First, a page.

A California state senator on Monday said she was drafting legislation to block Google Inc.'s free e-mail service "Gmail" because it would place advertising in personal messages after searching them for key words.
"We think it's an absolute invasion of privacy. It's like having a massive billboard in the middle of your home," Sen. Liz Figueroa, a Democrat from Fremont, California, said.
"We are asking them to rethink the whole product," she said.
In late March, the world's No. 1 Web search company announced plans to launch Gmail -- a service that would offer users 1 gigabyte of free storage, more than 100 times the storage offered by other free services from Yahoo Inc. and Microsoft Corp.
But in return for the extra storage, users would agree to let Google's technology scan their incoming e-mail, then deliver targeted ads based on key words in the messages. For instance, a user receiving a message about a friend's flu symptoms might also receive ads for cold and flu remedies.
Gmail is now being tested with a limited number of users. Privacy advocates are assailing Gmail even before its formal launch. Google faces heavy opposition in Europe, where privacy laws are stricter than they are in the United States.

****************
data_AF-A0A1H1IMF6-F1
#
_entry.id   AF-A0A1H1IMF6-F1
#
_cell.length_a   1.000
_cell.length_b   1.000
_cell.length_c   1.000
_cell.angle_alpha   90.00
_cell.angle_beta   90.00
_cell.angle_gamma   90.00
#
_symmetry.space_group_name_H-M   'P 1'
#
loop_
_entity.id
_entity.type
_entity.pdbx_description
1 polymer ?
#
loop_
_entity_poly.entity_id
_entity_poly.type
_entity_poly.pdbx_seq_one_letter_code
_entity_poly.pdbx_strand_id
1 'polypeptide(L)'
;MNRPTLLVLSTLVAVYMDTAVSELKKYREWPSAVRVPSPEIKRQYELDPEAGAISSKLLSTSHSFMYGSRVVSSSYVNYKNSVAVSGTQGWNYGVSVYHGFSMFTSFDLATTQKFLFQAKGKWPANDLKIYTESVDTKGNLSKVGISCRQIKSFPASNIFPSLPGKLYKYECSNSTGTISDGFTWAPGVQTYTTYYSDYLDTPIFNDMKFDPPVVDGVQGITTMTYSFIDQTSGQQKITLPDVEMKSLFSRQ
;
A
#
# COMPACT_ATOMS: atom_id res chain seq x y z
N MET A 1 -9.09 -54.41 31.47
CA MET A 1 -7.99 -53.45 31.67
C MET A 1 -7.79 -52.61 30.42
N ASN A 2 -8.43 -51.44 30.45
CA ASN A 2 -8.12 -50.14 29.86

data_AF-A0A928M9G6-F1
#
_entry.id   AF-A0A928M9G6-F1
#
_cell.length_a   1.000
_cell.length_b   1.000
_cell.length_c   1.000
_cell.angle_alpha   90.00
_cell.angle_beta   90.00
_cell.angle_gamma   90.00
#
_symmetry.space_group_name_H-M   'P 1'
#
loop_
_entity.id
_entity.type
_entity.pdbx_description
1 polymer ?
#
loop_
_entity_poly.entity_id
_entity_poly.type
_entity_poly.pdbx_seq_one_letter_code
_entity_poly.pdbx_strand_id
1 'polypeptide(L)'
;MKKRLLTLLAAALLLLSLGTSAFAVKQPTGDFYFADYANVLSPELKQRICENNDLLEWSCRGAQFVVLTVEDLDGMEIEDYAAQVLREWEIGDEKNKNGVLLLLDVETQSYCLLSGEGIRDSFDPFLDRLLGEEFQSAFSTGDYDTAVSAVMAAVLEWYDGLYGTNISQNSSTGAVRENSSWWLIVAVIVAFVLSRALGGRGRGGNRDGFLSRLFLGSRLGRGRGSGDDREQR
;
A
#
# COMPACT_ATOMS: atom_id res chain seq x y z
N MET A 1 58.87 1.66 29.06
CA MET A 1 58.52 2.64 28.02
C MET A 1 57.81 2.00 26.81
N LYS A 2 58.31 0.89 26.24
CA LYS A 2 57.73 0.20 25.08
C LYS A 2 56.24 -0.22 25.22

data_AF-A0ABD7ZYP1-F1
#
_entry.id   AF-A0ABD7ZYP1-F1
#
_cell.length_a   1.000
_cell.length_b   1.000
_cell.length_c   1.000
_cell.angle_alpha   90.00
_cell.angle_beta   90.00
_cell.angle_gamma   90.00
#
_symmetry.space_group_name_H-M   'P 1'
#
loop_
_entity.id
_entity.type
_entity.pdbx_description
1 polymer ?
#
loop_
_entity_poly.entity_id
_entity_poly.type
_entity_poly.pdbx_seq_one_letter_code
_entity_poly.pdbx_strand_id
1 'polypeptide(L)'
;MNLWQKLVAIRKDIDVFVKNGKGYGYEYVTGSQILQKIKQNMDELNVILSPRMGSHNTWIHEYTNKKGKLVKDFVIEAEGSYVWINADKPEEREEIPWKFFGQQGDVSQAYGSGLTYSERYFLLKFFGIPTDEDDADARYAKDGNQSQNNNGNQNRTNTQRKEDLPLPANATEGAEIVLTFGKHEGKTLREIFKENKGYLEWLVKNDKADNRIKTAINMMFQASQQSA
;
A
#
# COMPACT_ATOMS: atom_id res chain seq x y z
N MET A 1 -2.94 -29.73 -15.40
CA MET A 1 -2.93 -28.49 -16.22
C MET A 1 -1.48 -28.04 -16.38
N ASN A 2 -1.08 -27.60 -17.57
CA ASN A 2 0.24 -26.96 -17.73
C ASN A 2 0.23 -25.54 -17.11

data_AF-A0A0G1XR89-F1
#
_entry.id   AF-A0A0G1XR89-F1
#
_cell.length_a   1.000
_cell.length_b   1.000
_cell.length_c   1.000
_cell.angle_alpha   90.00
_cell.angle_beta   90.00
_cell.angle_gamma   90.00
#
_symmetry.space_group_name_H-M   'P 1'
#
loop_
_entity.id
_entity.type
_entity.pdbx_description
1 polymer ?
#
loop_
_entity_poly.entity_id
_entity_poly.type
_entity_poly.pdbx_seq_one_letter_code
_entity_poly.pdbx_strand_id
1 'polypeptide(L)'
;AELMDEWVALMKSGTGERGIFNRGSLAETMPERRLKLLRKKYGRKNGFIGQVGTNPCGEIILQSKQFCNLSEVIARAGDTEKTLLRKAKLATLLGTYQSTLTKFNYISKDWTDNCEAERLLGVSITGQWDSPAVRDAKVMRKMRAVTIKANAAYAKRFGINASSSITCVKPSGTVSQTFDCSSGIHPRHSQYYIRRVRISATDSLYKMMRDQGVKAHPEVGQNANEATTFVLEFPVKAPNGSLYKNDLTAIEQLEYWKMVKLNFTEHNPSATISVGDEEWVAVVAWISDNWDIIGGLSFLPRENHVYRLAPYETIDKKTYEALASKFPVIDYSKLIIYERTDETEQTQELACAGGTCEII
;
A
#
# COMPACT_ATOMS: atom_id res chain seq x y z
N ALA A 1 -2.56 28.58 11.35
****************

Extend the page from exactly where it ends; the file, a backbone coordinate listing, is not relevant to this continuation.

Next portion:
European groups recently lodged a complaint with UK authorities, charging that Gmail may violate Europe's privacy laws because it stores messages where users cannot permanently delete them. Europe's privacy protection laws give consumers the right to retain control over their communications.
Google said in a statement that it intends to work with "data protection authorities across Europe to ensure their concerns are heard and resolved."
Industry analysts see the service as a key product for Google because it would boost revenues from advertisers and expand its business as the Mountain View, California-based company nears an expected initial public offering of stock.
Figueroa, who was the author of California's "Do-Not-Call" law that allows citizens to block telemarketing calls, said she was pursuing the legislation because she had not yet received a response to an April 8 letter to Google co-founders Sergey Brin and Larry Page, in which she laid out her concerns.
"We received the letter from Senator Figueroa. We appreciate her feedback and will take it into consideration as we build the best possible webmail service for our users," Google said in an e-mailed statement.
Free storage enticement
The Gmail service would bring Google into into the market for free e-mail services now dominated by Yahoo Inc. and Microsoft Corp.'s MSN. Those rivals have been challenging Google's core Web search business.
More than two dozen privacy groups in the United States and Europe have demanded that Google suspend Gmail's launch until privacy issues are adequately addressed.
The groups charged, among other things, that scanning e-mail for ad placement poses unnecessary risks of misuse and that the system sets "potentially dangerous precedents and establishes reduced expectations of privacy" in e-mails.
"We are confident that Gmail is fully compliant with data protection laws worldwide," Google said in a statement.
"Google has the highest regard for the privacy of our users' information. We have taken great care to architect Gmail to protect user privacy and to deliver an innovative and useful service," said Google, which added that it is actively soliciting user feedback on its privacy policies.